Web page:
Officials: Atlanta police morale at 'all-time low'
In the wake of protests, firings and criminal charges, police and city officials say officers don't feel valued
ATLANTA — Eight officers face criminal charges. Five have lost their jobs. A police chief popular with the rank and file has stepped aside. All in a span of two weeks.
Upheaval within the Atlanta Police Department has plummeted morale to unprecedented depths, said Dave Wilkinson, president and CEO of the Atlanta Police Foundation. It’s worse now than in 2011, when then Mayor Kasim Reed excluded public safety officers from raises awarded to about 3,000 city employees, he said.
“It’s as bad as I’ve ever seen it,” Wilkinson said. “Commanders will tell you the same thing. (Officers) just don’t feel valued.”
The foundation announced Thursday that all of the city’s officers will receive a $500 bonus, provided through private donations, for the long hours logged during the weeks of protest that continue throughout the city.
Mayor Keisha Lance Bottoms acknowledged the sour mood within APD in a televised interview Wednesday.
“Across the country, morale is down with police departments, and I think ours is down tenfold,” she told CNN.
As the mayor was speaking, APD was attempting to reassure citizens that the department was still able to handle 911 calls after “a higher than usual number” of officers failed to report for duty.
The move followed District Attorney Paul Howard’s announcement that he was bringing criminal charges against the two officers involved in a fatal shooting just five days earlier at a downtown Wendy’s.
“I have to assume many of those officers who walked out won’t be coming back,” said Atlanta Police Union representative Ken Allen.
It wasn’t so much that officers Garrett Rolfe, since fired, and Devin Brosnan were charged but the speed with which the decision was made, Wilkinson said.
“They feel as if they’ve been denied due process,” Wilkinson said.
Typically, police shootings are investigated by the GBI, which spends two to three months before turning over findings. Prosecutors will often follow up with their own investigations.
The GBI was not informed about Howard’s decision prior to Wednesday’s press conference, the agency said.
In many cases, Howard — facing a hotly contested runoff against his former chief deputy — has taken years before deciding whether to prosecute the officer.
The urgency shown in the Wendy’s shooting and another recent incident in which six APD officers were charged in the violent arrests of two college students just days after it occurred has many officers looking elsewhere, Allen said.
“There are lots of people looking for new jobs,” he said. “Howard is endangering their well-being.”
APD has confirmed eight officers have resigned over the last few weeks. Allen said he knows of at least 19 others who plan to. And that was before Rolfe and Brosnan were charged. Rolfe was booked Thursday on 11 counts, including felony murder, and is being held without bond. Brosnan, charged with aggravated assault and three counts of violation of oath in the same case, was booked Thursday and released on a $50,000 signature bond.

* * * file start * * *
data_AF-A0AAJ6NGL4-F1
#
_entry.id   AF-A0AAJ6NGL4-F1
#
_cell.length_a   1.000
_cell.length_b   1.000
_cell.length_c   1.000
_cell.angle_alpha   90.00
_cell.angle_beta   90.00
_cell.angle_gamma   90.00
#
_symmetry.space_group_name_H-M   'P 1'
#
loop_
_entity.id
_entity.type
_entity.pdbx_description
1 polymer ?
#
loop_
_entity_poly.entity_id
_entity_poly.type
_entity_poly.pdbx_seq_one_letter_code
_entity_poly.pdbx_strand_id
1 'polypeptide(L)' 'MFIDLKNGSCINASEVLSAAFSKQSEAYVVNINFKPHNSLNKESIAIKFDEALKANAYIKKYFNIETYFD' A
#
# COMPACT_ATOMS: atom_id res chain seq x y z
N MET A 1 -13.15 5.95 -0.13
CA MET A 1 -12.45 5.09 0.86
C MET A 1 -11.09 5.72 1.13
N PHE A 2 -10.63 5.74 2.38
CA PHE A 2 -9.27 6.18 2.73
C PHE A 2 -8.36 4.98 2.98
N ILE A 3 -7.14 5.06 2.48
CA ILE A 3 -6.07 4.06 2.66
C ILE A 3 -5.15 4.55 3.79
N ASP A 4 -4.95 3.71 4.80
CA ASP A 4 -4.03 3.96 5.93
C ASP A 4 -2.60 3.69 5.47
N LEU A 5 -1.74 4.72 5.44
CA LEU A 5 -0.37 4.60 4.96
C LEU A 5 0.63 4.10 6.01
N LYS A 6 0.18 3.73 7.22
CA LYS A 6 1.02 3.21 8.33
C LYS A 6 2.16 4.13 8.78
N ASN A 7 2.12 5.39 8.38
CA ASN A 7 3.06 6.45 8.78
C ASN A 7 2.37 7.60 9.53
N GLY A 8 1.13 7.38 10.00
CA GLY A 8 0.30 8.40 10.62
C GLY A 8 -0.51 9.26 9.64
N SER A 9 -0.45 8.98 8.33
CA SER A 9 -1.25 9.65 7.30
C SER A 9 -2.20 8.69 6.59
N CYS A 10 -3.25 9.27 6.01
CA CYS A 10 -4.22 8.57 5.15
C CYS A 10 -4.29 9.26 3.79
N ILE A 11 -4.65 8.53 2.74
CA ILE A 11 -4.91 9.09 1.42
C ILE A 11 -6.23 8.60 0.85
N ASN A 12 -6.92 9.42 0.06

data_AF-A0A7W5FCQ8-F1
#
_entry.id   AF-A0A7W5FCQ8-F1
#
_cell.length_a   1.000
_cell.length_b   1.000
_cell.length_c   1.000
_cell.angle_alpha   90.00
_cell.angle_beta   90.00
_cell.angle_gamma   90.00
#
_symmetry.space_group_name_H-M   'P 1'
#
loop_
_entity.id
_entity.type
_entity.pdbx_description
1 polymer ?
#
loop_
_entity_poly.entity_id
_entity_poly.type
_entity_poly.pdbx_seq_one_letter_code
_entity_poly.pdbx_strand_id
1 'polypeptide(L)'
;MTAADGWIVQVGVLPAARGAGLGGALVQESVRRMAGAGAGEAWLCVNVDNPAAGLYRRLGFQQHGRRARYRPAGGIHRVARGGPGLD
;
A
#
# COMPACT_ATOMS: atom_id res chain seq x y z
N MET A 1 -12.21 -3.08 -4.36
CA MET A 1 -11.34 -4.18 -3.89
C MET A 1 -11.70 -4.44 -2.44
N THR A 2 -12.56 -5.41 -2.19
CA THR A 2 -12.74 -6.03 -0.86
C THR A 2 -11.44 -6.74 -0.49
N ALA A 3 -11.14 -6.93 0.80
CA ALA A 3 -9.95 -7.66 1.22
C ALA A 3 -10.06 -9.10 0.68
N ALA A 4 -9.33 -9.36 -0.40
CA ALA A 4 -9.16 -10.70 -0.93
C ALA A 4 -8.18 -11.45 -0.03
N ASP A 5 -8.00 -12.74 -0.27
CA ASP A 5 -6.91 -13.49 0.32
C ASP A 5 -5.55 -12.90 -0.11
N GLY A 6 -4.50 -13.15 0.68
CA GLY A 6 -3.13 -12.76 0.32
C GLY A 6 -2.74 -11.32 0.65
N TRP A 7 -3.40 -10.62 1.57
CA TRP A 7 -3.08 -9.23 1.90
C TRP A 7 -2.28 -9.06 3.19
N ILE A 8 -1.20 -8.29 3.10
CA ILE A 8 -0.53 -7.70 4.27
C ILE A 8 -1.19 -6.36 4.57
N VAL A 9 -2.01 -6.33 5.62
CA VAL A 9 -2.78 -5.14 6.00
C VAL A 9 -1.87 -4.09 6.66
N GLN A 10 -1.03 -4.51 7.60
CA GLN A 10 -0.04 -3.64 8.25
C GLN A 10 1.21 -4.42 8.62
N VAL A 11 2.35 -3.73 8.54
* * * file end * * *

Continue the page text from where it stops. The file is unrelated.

Howard, first elected in 1996, has made prosecuting rogue officers a cornerstone of his campaign. He has claimed, without supplying any evidence, that his opponent, Fani Willis, received the police union’s endorsement after promising not to pursue criminal cases against officers. Willis said that’s untrue, and questioned the speed with which Howard announced charges in the Brooks shooting.
“Why did he move faster than GBI?” she said in a social media post. “He did not do it to seek justice.”
Retired APD deputy chief Lou Arcangeli said officers he has talked to are frightened.
“They are afraid of losing their freedom,” he said. “This is unprecedented.”
Howard said he has been able to reach quick charging decisions due to the significant video evidence not available on most cases. He also said he determined 27-year-old Rayshard Brooks posed no threat to the safety of Rolfe or Brosnan.
“He followed every instruction,” said Howard, describing Brooks’ demeanor as almost jovial. “He answered every question.”
Chief Erika Shields’ decision to vacate her role as the city’s top cop also has damaged morale, Wilkinson said. Shields was popular both with officers and the public, striking a balance between the needs of both factions, said Chuck Wexler, executive director of the Police Executive Research Forum.
“She’s just the kind of chief I’d be looking for if I was leading the search for Atlanta,” Wexler said. Shields remains with the department in an unspecified role. Bottoms has appointed 32-year APD veteran Rodney Bryant as acting chief.
“My advice to him is act as if you’re the chief of police, not the interim chief of police,” Wilkinson said.
Bryant has yet to speak with reporters. In 2011, he was suspended 15 days without pay for giving preferential treatment to former Mayor Reed’s brother. Bryant, a precinct commander at the time, was found to have intervened on behalf of Tracy Reed following a pair of traffic stops.
Whoever ends up with the job permanently will face a transformational period for APD and law enforcement everywhere.
Wilkinson acknowledges changes are coming. He said the foundation will outline a comprehensive plan for reform in the coming weeks. Meanwhile, APD officers are physically and mentally exhausted, he said.
“What I fear most is losing 30 to 40 officers because of low morale,” he said. “They’ve had to put up with a ridiculous amount of harassment. They’ve been cursed at, spit on. But a vast majority of the community supports them, and we need to show them we appreciate all they do for the city.”